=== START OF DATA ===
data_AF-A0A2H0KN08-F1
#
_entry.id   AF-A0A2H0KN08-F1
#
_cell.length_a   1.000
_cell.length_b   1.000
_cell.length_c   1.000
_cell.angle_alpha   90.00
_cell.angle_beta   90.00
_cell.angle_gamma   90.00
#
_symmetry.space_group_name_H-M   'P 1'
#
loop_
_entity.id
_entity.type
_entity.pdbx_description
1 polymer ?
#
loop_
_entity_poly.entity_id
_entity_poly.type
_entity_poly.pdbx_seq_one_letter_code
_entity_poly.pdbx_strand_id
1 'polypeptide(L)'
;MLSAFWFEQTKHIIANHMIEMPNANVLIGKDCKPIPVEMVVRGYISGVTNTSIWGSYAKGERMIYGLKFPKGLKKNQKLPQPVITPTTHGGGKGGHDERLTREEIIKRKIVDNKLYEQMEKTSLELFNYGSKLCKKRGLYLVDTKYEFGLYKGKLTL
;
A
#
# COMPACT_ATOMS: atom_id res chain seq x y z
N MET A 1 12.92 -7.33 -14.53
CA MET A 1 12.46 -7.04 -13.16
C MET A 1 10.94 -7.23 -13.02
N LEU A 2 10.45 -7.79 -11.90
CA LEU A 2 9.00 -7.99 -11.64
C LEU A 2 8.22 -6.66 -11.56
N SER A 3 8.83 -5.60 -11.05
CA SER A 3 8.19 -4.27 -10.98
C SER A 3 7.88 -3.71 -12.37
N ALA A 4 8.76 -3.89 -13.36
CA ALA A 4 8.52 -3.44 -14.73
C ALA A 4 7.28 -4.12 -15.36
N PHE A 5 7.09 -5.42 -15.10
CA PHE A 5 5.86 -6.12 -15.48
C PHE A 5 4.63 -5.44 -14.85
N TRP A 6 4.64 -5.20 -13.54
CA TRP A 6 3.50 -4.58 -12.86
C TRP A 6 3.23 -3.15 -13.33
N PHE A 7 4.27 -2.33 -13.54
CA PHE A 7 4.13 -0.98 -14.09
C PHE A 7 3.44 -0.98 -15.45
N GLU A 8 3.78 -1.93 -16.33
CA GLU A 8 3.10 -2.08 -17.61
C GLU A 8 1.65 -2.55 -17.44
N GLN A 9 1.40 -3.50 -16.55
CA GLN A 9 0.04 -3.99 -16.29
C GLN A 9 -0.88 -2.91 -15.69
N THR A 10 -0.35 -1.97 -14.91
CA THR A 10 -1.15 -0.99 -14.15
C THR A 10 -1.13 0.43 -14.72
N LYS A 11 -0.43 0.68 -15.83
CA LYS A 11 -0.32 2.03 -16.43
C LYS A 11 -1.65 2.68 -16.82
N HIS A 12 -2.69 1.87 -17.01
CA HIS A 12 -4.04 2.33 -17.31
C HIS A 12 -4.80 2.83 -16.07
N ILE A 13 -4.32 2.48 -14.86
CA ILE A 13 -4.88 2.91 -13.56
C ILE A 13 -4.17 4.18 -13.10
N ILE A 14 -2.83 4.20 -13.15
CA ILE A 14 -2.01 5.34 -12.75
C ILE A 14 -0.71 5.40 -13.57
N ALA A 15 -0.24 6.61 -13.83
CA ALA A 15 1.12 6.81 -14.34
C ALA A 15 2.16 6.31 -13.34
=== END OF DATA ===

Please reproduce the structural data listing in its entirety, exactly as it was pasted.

data_AF-A0A2H0KN08-F1
#
_entry.id   AF-A0A2H0KN08-F1
#
_cell.length_a   1.000
_cell.length_b   1.000
_cell.length_c   1.000
_cell.angle_alpha   90.00
_cell.angle_beta   90.00
_cell.angle_gamma   90.00
#
_symmetry.space_group_name_H-M   'P 1'
#
loop_
_entity.id
_entity.type
_entity.pdbx_description
1 polymer ?
#
loop_
_entity_poly.entity_id
_entity_poly.type
_entity_poly.pdbx_seq_one_letter_code
_entity_poly.pdbx_strand_id
1 'polypeptide(L)'
;MLSAFWFEQTKHIIANHMIEMPNANVLIGKDCKPIPVEMVVRGYISGVTNTSIWGSYAKGERMIYGLKFPKGLKKNQKLPQPVITPTTHGGGKGGHDERLTREEIIKRKIVDNKLYEQMEKTSLELFNYGSKLCKKRGLYLVDTKYEFGLYKGKLTL
;
A
#
# COMPACT_ATOMS: atom_id res chain seq x y z
N MET A 1 12.92 -7.33 -14.53
CA MET A 1 12.46 -7.04 -13.16
C MET A 1 10.94 -7.23 -13.02
N LEU A 2 10.45 -7.79 -11.90
CA LEU A 2 9.00 -7.99 -11.64
C LEU A 2 8.22 -6.66 -11.56
N SER A 3 8.83 -5.60 -11.05
CA SER A 3 8.19 -4.27 -10.98
C SER A 3 7.88 -3.71 -12.37
N ALA A 4 8.76 -3.89 -13.36
CA ALA A 4 8.52 -3.44 -14.73
C ALA A 4 7.28 -4.12 -15.36
N PHE A 5 7.09 -5.42 -15.10
CA PHE A 5 5.86 -6.12 -15.48
C PHE A 5 4.63 -5.44 -14.85
N TRP A 6 4.64 -5.20 -13.54
CA TRP A 6 3.50 -4.58 -12.86
C TRP A 6 3.23 -3.15 -13.33
N PHE A 7 4.27 -2.33 -13.54
CA PHE A 7 4.13 -0.98 -14.09
C PHE A 7 3.44 -0.98 -15.45
N GLU A 8 3.78 -1.93 -16.33
CA GLU A 8 3.10 -2.08 -17.61
C GLU A 8 1.65 -2.55 -17.44
N GLN A 9 1.40 -3.50 -16.55
CA GLN A 9 0.04 -3.99 -16.29
C GLN A 9 -0.88 -2.91 -15.69
N THR A 10 -0.35 -1.97 -14.91
CA THR A 10 -1.15 -0.99 -14.15
C THR A 10 -1.13 0.43 -14.72
N LYS A 11 -0.43 0.68 -15.83
CA LYS A 11 -0.32 2.03 -16.43
C LYS A 11 -1.65 2.68 -16.82
N HIS A 12 -2.69 1.87 -17.01
CA HIS A 12 -4.04 2.33 -17.31
C HIS A 12 -4.80 2.83 -16.07
N ILE A 13 -4.32 2.48 -14.86
CA ILE A 13 -4.88 2.91 -13.56
C ILE A 13 -4.17 4.18 -13.10
N ILE A 14 -2.83 4.20 -13.15
CA ILE A 14 -2.01 5.34 -12.75
C ILE A 14 -0.71 5.40 -13.57
N ALA A 15 -0.24 6.61 -13.83
CA ALA A 15 1.12 6.81 -14.34
C ALA A 15 2.16 6.31 -13.34